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The Reef Damsel’s Distress Call

Researchers at James Cook University in the ARC Centre of Excellence for Coral Reef Studies (Coral CoE) have uncovered an interesting feature of the Damsel reef fish family. We watch our fish dart in and out of crevices when they get scared in our aquariums but little did we know they are, at the same time, releasing a chemical signal from their skin and scales to ward of predators, and give themselves a fighting chance for survival. This is a finding not new to the science of fish, but the surprise conclusion was the benefit to the fish releasing the chemical: “When damselfish release their chemical alarm on a coral reef, lots of additional predators are attracted to the cue release area,” says Professor Mark McCormick from the Coral CoE. 151027213415_1_900x600The added presence of predators would seem counterintuitive to anyone reading this, but what researchers would like us to recognize is the increased presence of predators can cause confusion at the predation site, allowing the fish that released the chemical signal additional distraction for escape. “When caught by a predator, small damselfish have almost no chance of escaping their fate as the predator’s next meal. However, when another fish predator is attracted to the capture site, prey will escape about 40 percent of the time,” added Professor McCormick. “For decades scientists have debated the evolutionary origin of chemical alarm cues in fish,” says study lead author, Dr. Oona Lönnstedt, now a research fellow at the University of Uppsala. The percent increase of escape establishes additional evolutionary benefit to the defense mechanism of Damsel fish, while opening a new avenue for understanding the behaviors of reef fish. Read the entire article here!… More:

Dealing With Red Bugs and AEFW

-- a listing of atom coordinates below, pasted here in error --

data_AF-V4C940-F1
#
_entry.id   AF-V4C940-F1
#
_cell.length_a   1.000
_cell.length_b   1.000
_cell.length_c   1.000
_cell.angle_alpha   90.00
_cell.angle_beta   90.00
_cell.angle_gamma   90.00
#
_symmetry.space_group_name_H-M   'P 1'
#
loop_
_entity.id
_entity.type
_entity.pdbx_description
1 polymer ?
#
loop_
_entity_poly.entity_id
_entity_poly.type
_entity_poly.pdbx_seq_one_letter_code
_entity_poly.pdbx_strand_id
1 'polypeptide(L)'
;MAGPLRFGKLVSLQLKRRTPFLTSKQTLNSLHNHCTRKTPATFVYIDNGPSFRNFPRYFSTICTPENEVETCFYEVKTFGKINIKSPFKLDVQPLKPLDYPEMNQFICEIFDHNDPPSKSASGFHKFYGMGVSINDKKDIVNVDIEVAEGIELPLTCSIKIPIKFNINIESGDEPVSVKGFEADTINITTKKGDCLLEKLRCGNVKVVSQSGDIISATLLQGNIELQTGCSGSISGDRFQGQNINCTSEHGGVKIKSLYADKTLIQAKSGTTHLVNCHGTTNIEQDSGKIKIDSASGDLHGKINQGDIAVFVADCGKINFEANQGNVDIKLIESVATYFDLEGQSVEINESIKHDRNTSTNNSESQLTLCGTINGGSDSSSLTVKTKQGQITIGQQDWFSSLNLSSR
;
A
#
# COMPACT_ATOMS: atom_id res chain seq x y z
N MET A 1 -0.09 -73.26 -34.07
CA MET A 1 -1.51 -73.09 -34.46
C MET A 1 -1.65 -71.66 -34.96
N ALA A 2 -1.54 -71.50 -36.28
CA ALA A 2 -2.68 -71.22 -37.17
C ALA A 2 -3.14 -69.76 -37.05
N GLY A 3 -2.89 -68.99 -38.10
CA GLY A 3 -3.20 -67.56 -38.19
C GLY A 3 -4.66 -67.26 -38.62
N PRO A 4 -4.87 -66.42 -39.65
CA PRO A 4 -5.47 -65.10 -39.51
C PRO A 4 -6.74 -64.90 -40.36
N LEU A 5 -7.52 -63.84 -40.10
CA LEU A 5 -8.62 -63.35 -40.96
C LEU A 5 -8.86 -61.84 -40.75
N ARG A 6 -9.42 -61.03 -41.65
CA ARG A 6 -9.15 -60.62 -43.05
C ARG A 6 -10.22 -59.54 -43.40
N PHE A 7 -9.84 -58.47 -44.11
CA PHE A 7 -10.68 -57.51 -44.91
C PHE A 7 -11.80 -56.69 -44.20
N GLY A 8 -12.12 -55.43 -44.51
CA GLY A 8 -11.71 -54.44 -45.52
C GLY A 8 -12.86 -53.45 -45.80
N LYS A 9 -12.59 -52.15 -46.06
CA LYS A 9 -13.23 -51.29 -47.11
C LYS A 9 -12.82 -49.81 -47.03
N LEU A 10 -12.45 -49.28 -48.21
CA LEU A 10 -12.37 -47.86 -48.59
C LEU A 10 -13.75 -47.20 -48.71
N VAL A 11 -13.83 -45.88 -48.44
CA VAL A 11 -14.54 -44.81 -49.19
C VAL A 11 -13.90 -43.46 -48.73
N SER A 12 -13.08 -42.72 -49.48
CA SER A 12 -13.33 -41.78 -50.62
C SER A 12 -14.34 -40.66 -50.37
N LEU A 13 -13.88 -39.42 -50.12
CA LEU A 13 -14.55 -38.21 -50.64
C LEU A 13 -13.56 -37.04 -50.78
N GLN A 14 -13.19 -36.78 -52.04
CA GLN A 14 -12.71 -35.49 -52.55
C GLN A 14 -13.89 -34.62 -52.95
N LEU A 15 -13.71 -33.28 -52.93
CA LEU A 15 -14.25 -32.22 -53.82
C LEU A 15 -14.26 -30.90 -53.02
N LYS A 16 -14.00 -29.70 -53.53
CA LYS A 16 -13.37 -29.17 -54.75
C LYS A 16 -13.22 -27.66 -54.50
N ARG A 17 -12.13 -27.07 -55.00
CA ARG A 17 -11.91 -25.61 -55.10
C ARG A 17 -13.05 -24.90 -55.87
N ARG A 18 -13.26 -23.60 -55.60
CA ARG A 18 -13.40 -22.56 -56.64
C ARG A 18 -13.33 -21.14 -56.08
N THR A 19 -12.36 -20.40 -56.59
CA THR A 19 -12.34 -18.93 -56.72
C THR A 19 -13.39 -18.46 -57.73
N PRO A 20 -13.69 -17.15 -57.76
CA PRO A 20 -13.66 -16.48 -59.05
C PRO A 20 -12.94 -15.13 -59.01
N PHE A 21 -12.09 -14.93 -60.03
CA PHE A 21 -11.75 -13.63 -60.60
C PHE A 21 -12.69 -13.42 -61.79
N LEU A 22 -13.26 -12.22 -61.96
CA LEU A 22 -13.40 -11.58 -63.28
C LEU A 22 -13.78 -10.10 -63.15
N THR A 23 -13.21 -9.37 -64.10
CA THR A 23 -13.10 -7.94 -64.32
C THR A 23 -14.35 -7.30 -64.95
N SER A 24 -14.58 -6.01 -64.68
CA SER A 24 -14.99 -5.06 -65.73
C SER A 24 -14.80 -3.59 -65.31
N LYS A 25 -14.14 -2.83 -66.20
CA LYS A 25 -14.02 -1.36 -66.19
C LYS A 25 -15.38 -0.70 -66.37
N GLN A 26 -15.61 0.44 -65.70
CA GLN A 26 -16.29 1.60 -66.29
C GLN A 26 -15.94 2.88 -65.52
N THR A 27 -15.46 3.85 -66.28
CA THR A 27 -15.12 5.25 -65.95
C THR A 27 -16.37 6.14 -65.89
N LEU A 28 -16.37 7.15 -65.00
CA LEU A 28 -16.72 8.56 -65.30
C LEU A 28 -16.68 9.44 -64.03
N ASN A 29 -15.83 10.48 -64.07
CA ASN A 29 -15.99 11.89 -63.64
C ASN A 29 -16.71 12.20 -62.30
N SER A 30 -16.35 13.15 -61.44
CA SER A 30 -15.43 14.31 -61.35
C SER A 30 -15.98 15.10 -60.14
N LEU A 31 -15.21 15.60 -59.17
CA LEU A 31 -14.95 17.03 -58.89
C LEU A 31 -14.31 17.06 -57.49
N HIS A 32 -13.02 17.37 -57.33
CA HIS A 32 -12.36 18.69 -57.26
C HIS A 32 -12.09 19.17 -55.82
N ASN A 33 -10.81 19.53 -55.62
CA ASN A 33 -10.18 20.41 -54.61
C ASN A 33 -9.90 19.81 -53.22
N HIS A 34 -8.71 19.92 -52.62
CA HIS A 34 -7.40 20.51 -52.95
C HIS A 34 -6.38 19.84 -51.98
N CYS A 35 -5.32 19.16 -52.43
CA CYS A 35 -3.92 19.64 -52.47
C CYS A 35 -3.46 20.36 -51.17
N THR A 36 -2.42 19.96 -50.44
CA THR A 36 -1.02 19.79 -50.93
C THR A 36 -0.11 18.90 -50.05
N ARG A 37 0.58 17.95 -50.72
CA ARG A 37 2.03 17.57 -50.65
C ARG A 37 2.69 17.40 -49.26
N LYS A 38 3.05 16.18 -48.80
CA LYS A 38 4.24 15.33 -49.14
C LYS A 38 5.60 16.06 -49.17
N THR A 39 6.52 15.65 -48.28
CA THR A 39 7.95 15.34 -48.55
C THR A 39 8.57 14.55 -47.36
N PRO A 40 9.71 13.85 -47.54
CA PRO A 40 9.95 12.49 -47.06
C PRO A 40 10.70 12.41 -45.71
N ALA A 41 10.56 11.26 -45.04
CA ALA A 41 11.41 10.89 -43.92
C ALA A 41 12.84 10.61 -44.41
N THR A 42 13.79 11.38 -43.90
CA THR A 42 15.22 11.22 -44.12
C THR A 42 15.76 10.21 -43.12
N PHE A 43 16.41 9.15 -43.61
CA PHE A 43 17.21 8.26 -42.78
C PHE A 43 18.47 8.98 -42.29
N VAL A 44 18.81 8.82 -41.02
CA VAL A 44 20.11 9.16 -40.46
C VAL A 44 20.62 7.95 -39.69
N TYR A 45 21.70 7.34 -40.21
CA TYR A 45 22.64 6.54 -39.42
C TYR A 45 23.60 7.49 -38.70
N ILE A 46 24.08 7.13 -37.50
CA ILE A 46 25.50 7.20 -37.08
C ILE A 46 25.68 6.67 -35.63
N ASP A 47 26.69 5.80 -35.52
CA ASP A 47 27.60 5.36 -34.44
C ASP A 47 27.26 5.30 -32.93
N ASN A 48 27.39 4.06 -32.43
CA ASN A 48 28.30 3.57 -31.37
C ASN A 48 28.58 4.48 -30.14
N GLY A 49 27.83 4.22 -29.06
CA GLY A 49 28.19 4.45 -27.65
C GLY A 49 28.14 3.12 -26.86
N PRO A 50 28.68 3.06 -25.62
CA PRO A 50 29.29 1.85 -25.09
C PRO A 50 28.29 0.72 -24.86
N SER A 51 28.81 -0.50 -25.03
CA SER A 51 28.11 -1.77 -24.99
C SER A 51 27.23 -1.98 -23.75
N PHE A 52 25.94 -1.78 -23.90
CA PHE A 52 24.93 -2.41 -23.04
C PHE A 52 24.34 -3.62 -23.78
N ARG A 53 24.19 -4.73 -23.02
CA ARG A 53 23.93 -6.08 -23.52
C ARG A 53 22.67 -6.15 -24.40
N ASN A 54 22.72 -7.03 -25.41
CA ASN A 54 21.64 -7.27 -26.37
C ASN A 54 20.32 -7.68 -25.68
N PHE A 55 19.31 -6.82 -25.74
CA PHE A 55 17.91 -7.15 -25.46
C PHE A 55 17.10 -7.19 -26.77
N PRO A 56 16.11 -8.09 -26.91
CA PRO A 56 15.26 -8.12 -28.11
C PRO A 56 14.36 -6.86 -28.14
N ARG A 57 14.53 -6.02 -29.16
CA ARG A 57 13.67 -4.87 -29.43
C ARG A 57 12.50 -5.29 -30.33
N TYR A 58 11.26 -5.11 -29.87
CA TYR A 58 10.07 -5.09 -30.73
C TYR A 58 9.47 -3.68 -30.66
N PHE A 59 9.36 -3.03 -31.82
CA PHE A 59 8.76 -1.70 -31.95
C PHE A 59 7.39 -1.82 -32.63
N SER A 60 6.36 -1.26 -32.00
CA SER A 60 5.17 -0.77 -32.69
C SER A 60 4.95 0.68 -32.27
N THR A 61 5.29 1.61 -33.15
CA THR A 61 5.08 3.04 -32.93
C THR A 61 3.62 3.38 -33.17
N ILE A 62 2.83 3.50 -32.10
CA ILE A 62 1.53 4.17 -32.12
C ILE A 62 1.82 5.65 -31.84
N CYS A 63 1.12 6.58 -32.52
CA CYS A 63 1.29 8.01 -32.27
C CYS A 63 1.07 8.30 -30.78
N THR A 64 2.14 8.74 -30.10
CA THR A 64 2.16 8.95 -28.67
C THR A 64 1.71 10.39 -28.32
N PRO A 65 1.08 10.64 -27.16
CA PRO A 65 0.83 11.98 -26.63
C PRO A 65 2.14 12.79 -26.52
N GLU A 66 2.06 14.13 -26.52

When I first started keeping reef tanks a long time ago there seemed to be much less awareness of certain pests that can infiltrate and harm a reef tank. “Back in the day” wild colonies were all the rage and reef keepers were not as diligent about checking for pests. Dealing with Red Bugs and AEFW (Acro Eating Flatworms) wasn’t even on my radar when I had my first 90 gallon reef and it took a while before it crept into my conscience when I had my 120 gallon reef. The 120 gallon reef was my best tank to date and it was dominated with large and colorful SPS that grew from small frags and colonies My 120 Gallon Reef Tank However, over time, a few acros didn’t look as colorful as others so I tried certain remedies like changing my lighting setup or doing more water changes but nothing seemed to help.

Long Island Collecting Log: Cold-water strays

 Typically, my last dive of the season in New York takes place by late October, but, since poor weather kept me out of the water for the last two weeks of the month, I thought I would push the limits of my cold tolerance with a November dive this year.  With water temperature down to 59°F, I knew I wouldn’t last long in the 7mm wetsuit I use all summer, and I didn’t expect to see any tropical fish, but after a break in the rough autumn weather and with visibility improving, I just couldn’t resist.… More:

Reef Threads Podcast #250

Should we take marine animals from the reefs for our viewing pleasure?

In our 250th podcast, a discussion about marine-fish captive breeding and Orca breeding leads to an exchange about keeping wild animals captive, the current state of our hobby, and how collecting and keeping marine animals fits in the larger animal-treatment arena. Basically, we address some difficult questions. After you’ve listened, share your thoughts here or on the Reef Threads Facebook page.

Download the podcast here, or subscribe to our podcasts at iTunes. Also, follow us on Twitter @reefthreads.—Gary and Christine

Sponsor: Rod’s Food
Rod’s Food website

Breeding yellow tangs
Rising Tide Conservation Captive Bred Yellow Tangs

Breeding Orcas